Stir Fried Lamb with Preserved Soy Beans
and Fresh Vegetables
I am asked to come up with a lamb recipe for Chinese New Year since the New Year will be the year of the Ram or Sheep. Another challenge is that the recipe has to carry the Love Food Hate Waste message. So, how does one come up with a recipe with such a tall order? Since I do not have left-over lamb, I reckon that we should address other interesting food ingredients . So I decide to put the focus on one of the ingredients – Ginger.
Today’s Highlight – Ginger.
Ginger – a root spice (is it a spice?) that is commonly used in Asian and Oriental cooking. There are many types of ginger – galangal or blue ginger, cukor or kencur, torch ginger flower, and many more. a variety of ginger are used in Penang Nyonya cooking.
For the recipe today, we will just focus on ordinary ginger, the brown/beige fat knobbly root ‘vegetable’ which is commonly used in Chinese cooking.
We use chopped or sliced ginger in stir fry. Ginger is a very important component of curry paste. We used thinly julienned ginger fried in hot oil till lightly brown as topping on steamed or pan-fried fish.
For this recipe we only require about 4 to 5 cm of root ginger. To prepare ginger, you first scrap off the skin with the back of the knife or with a metal spoon. Normally, I would slice it thinly, like 1 to 2 mm thick across the grain. However, for this recipe I am cutting it into a fancy shape. To do this, I would need to cut away some odds and ends.
Do not discard the odds and ends. Collect them wrap it in cling film and freeze it for later use. This can be used for curries or be pounded as ginger pastes.
Uncut ginger lasts a few weeks if stored in a cool dry place. Another way of storing ginger is to cut it into smaller pieces and freeze them individually in a plastic bag so that you can take out a piece at a time. You only need about 2 to 3 cm piece each time. So a large finger of ginger will last a long time.
Now we can concentrate on the recipe.
There is a new ingredient which I am not sure how many of you have used it before. It is a store cupboard ingredient and it can keep for a long time.
It is preserved soy beans, or Tow Chneo (Hokkien) or Tow Cheong (Cantonese). It is a Chinese ingredient used in stews, for meat and fish. It is also used in vegetarian dishes as flavouring. It is salty and sugar is usually added to balance the saltiness. Different brands of preserved soy have different amount of salt, so you really need to taste your cooking.
You can get it in bottles or tins. I prefer the bottled ones as it is easier to store. You can get it ready mashed or the ones that you have to mash it up yourself.
If you cannot find preserved soy beans, you can substitute with 2 tablespoon of Hoisin sauce. You will need to decrease the amount sugar.
BTW, the colours of this dish are auspicious: Red means ‘Ong’ or good luck and the greens from the spring onions signify growth or freshness or spring, life. According to the Chinese, The first day of Chinese New Year heralds the first day of Spring.
So here is the recipe.
Serves: 6-8 with accompaniments (4 as a main- western style)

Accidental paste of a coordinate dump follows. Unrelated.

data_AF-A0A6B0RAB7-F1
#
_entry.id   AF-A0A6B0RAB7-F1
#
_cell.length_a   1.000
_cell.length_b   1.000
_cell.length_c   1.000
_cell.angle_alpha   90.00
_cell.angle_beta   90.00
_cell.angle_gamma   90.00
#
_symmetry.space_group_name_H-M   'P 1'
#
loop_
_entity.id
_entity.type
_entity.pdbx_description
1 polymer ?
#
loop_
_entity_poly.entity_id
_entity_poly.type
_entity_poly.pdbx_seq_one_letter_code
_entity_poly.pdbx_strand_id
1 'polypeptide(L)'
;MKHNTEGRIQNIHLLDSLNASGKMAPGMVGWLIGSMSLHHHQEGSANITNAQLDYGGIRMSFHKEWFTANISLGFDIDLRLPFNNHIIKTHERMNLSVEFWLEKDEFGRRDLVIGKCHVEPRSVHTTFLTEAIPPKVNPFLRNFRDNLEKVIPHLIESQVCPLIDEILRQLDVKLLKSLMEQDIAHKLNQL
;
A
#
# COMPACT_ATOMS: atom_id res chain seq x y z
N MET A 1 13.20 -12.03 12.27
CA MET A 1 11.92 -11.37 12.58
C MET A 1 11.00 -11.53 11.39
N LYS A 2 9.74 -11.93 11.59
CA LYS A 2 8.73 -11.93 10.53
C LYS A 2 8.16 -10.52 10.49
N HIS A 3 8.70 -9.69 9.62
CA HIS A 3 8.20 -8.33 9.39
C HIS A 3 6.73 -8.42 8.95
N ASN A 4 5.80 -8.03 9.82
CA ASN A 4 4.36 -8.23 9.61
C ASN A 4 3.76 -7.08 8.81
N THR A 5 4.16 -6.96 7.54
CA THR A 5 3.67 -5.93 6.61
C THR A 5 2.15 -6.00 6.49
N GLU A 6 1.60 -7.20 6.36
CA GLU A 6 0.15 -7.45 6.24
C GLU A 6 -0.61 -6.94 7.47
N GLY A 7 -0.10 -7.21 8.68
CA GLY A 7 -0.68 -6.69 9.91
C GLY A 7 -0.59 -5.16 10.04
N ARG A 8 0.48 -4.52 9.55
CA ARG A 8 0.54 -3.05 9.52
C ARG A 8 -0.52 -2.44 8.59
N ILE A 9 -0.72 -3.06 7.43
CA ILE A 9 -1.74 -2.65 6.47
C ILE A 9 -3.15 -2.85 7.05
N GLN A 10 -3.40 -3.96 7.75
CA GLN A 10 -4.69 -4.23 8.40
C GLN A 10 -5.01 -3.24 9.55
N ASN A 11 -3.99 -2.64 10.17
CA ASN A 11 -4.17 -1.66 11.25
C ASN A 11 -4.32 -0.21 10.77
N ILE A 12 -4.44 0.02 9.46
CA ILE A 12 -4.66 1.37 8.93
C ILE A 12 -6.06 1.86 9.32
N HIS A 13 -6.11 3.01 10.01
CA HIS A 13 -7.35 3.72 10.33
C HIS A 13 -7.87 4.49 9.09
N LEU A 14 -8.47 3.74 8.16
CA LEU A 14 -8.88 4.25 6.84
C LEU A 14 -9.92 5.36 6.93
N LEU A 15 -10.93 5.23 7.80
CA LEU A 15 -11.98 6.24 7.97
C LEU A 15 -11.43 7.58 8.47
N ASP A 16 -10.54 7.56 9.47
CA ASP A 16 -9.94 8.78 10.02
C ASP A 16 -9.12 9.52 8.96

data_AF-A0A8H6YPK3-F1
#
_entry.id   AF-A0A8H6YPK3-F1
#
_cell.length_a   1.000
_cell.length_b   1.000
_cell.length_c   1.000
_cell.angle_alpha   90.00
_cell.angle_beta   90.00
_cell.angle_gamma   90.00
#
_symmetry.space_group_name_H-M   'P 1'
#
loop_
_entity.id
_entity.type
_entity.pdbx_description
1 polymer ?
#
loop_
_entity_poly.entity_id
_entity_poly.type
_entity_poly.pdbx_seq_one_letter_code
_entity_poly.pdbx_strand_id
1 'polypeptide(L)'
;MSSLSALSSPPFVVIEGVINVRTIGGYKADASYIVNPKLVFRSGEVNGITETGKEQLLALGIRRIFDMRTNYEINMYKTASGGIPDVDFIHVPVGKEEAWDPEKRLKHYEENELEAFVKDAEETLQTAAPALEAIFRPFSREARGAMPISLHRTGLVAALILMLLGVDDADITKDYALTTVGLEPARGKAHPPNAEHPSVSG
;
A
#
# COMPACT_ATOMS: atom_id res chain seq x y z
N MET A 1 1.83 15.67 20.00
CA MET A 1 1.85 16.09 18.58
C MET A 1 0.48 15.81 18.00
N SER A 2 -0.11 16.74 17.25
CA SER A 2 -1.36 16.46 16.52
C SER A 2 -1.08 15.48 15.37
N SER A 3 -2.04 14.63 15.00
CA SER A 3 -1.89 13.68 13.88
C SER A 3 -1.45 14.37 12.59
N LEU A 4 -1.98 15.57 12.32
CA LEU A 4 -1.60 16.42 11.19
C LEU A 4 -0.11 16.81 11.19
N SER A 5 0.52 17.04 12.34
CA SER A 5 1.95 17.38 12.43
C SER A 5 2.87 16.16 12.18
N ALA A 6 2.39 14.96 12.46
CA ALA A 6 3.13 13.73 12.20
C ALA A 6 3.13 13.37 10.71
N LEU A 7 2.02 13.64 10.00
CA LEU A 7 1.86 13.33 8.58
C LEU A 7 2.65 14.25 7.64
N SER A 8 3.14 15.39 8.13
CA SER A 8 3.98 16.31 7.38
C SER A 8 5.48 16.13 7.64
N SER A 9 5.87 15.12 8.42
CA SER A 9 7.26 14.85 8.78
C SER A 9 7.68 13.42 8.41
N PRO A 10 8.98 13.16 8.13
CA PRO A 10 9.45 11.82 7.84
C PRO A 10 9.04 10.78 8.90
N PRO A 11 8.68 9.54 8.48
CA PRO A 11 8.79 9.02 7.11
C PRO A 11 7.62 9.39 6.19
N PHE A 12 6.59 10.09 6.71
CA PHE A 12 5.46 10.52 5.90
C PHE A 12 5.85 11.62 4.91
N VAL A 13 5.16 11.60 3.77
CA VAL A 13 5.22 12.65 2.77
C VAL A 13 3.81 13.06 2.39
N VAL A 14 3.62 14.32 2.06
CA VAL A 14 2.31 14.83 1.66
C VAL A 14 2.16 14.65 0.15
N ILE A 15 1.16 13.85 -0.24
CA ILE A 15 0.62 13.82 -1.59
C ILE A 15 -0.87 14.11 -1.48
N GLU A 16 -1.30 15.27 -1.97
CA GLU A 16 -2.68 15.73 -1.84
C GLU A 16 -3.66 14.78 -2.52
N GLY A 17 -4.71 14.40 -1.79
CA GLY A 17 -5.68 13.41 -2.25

Time: 10 mins to prep, 10 mins to cook
500g Lamb leg steak – all visible fat removed and thinly sliced across the grain
2 Tbsp Light soy sauce
1 Tsp Sesame oil
1 Tsp Corn flour
1 Tsp Szechuan pepper powder
1 Tsp Black pepper powder
I Tbsp Preserved Soy Bean – mashed with the back of the knife or in a pestle and mortar. (or 2 Tbsp of Hoisin Sauce)
1 medium Red pepper – sliced about 1 cm thick
1 bunch Or about 6-7 stalks of spring onions, sliced 3cm lengths on the diagonal
5 cm Ginger sliced into fancy shape, 1-2mm thick across the grain
3 cloves Fat garlic – sliced thinly across.
1-2 Tsp Sugar
1 Tsp Corn flour mixed with 2 Tbsp of water
2 Tbsp Chinese cooking wine
Toasted Sesame seeds for garnishing
Salt, black pepper, and sugar to taste
- Mix the sliced lamb with the marinade ingredients except the corn flour. Mix thoroughly and then sprinkle with the corn flour. Mix well so that each piece is coated.
- Set aside.
- Prepare the other ingredients and vegetables. Do not discard the odd and ends of the pepper and ginger. You can use odds and ends of the pepper for an omelette, or fried rice.
- In a non-stick wok or frying pan, spray with low-calorie cooking spray or heat 1 tsp of cooking oil. Heat over medium heat. When the wok is hot, add the lamb. Spread out in a single and make sure the slices are open up flat and not clumped together.
- Leave it to fry for about ½ minute and until lightly browned. Turn and cook the other side. Once done, remove and set aside. You will need to do this in 2 or 3 batches.
- Rinse out the wok. Heat 1 tsp of oil (or spray) and add in the ginger and garlic and toss until it colours.
- Add in the soy bean paste and stir for a minute or two making sure that it does not burn. Deglaze with the cooking wine.
- Add in the peppers, toss, and add in the whites of the spring onion. Toss for about ½ minutes and add in the lamb.
- Toss and add in about 100 ml of hot water and bring it to a boil. Season with more black pepper, salt and sugar if required. Add in the greens of the spring onion.
- Once you are happy with the taste, add the corn starch to thicken.
- Dish out and garnish with toasted sesame seeds.
- Serve with other accompaniments and rice.